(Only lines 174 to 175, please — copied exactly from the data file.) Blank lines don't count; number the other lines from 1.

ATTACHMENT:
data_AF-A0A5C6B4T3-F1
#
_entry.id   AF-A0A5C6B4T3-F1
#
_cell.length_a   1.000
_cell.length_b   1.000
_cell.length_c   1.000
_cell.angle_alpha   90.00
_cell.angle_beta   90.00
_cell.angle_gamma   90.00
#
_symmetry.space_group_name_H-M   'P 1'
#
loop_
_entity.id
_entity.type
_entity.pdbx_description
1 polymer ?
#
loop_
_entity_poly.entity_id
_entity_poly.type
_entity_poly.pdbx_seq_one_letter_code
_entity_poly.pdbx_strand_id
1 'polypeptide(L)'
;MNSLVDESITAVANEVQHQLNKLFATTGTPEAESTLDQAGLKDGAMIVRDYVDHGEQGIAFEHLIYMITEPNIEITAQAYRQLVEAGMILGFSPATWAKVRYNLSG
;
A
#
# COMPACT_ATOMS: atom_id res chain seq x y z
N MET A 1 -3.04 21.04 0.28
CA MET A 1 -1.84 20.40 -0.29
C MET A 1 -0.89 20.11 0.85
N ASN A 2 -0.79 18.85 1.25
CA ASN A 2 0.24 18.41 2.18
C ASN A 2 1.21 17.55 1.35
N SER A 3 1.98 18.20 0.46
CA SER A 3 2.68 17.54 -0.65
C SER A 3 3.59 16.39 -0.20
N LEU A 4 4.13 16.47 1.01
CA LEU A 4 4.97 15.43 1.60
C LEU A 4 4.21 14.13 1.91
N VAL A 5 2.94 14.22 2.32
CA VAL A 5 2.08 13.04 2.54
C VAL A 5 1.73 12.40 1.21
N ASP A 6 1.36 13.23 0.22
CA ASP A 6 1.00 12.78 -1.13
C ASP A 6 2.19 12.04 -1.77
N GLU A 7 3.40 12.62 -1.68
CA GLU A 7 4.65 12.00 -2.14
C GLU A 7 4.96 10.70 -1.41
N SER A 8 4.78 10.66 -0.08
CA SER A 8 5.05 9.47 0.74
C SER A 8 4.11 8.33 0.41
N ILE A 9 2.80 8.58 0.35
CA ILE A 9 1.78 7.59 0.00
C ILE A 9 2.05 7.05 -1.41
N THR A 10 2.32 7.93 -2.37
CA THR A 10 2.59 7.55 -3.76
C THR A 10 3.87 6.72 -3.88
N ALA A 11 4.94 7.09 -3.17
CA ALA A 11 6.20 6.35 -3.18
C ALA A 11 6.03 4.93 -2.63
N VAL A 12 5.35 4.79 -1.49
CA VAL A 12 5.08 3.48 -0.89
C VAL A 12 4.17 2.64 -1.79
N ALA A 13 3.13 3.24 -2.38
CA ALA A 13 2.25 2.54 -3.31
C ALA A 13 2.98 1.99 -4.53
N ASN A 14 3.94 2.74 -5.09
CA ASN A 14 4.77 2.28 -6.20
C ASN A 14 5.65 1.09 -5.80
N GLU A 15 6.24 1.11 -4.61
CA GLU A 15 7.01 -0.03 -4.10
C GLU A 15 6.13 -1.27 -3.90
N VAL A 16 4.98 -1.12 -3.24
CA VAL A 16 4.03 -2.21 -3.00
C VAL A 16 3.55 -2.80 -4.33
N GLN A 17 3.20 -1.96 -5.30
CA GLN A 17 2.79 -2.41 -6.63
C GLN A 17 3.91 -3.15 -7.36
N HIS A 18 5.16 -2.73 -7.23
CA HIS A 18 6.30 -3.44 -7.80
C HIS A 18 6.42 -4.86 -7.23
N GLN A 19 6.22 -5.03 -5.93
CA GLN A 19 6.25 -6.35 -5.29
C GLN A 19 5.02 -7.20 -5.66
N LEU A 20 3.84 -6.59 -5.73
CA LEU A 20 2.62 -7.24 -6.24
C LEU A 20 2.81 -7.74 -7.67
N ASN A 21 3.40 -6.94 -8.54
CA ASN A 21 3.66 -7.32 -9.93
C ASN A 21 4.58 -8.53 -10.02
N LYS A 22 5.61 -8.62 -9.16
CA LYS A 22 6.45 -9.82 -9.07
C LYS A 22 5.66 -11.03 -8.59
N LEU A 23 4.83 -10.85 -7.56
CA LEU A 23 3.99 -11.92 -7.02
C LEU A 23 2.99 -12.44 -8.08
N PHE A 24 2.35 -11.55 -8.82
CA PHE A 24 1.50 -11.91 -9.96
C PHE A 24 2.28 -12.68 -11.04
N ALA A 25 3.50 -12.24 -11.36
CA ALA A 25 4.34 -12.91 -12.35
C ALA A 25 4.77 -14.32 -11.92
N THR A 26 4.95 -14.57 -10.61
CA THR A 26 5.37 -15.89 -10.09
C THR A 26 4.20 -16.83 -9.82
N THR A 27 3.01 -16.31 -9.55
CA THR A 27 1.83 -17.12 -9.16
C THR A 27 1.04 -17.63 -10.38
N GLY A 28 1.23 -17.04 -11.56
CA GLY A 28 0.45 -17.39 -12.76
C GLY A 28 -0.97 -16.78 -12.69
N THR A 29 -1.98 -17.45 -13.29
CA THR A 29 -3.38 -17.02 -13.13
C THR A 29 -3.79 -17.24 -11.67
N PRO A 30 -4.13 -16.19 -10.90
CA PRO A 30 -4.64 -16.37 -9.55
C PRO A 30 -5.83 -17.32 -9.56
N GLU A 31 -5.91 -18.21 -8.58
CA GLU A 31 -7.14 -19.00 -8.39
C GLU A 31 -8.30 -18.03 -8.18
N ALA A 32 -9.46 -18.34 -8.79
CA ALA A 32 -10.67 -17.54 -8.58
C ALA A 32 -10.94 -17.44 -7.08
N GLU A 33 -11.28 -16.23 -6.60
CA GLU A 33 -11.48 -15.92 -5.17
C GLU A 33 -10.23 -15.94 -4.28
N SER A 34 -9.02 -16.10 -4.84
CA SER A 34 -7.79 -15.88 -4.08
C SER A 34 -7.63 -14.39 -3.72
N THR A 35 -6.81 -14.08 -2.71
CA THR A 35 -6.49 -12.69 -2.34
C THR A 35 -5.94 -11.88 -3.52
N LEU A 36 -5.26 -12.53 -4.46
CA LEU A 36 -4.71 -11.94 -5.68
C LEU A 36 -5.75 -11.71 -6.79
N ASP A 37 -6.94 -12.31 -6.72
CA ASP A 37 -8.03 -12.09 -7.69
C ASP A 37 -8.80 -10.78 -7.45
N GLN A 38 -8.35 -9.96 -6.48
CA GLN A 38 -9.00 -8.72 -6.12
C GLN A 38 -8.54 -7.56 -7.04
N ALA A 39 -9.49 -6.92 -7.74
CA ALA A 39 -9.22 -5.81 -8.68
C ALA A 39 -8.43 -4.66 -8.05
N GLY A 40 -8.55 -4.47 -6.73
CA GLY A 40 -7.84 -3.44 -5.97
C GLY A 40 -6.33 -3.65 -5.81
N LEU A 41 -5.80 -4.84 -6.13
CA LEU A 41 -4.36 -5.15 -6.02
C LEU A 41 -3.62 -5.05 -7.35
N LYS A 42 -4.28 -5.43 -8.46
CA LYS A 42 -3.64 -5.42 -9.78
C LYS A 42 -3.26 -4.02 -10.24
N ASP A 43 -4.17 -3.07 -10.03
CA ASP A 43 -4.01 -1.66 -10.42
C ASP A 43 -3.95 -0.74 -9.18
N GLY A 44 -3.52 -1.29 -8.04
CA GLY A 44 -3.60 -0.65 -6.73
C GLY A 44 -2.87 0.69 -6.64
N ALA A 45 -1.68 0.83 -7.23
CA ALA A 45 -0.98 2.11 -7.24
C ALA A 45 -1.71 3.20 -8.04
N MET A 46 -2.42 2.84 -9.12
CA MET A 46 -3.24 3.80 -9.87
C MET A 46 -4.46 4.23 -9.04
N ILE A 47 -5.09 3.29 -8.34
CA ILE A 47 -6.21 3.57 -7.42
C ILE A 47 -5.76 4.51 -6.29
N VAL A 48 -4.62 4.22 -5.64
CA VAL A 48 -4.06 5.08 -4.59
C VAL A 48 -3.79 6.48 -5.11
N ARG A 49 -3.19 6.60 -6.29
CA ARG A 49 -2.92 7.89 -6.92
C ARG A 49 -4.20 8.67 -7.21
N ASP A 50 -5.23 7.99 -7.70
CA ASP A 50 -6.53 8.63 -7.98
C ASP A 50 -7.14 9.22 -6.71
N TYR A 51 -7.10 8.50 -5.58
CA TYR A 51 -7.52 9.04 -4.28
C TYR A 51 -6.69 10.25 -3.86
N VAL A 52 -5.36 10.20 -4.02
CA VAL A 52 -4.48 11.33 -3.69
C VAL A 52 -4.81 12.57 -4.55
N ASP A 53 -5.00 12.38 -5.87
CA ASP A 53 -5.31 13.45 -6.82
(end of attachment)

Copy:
C VAL A 48 -3.79 6.48 -5.11
N ARG A 49 -3.19 6.60 -6.29